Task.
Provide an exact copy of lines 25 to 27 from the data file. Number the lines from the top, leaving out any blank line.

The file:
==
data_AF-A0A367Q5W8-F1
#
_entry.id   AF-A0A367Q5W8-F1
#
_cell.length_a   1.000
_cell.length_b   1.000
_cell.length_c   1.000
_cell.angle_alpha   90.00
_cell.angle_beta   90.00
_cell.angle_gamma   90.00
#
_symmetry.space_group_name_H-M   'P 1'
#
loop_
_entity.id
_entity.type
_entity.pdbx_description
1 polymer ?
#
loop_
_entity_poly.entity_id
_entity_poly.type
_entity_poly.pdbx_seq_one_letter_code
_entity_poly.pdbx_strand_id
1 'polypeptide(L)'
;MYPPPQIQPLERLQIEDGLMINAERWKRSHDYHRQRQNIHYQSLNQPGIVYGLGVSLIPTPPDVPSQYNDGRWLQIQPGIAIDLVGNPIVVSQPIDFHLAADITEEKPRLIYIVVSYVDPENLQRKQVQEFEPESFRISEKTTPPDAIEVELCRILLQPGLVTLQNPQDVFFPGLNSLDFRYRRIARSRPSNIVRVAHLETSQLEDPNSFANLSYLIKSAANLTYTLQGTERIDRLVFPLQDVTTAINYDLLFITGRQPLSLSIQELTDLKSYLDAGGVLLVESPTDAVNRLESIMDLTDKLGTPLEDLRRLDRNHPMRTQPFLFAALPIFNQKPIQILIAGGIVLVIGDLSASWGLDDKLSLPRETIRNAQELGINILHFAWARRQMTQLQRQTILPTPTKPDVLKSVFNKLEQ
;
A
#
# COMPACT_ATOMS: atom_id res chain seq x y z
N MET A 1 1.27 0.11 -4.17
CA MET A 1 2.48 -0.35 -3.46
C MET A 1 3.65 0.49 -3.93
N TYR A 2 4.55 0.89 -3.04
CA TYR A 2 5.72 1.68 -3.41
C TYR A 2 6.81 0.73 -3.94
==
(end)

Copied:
1 'polypeptide(L)'
;MYPPPQIQPLERLQIEDGLMINAERWKRSHDYHRQRQNIHYQSLNQPGIVYGLGVSLIPTPPDVPSQYNDGRWLQIQPGIAIDLVGNPIVVSQPIDFHLAADITEEKPRLIYIVVSYVDPENLQRKQVQEFEPESFRISEKTTPPDAIEVELCRILLQPGLVTLQNPQDVFFPGLNSLDFRYRRIARSRPSNIVRVAHLETSQLEDPNSFANLSYLIKSAANLTYTLQGTERIDRLVFPLQDVTTAINYDLLFITGRQPLSLSIQELTDLKSYLDAGGVLLVESPTDAVNRLESIMDLTDKLGTPLEDLRRLDRNHPMRTQPFLFAALPIFNQKPIQILIAGGIVLVIGDLSASWGLDDKLSLPRETIRNAQELGINILHFAWARRQMTQLQRQTILPTPTKPDVLKSVFNKLEQ
;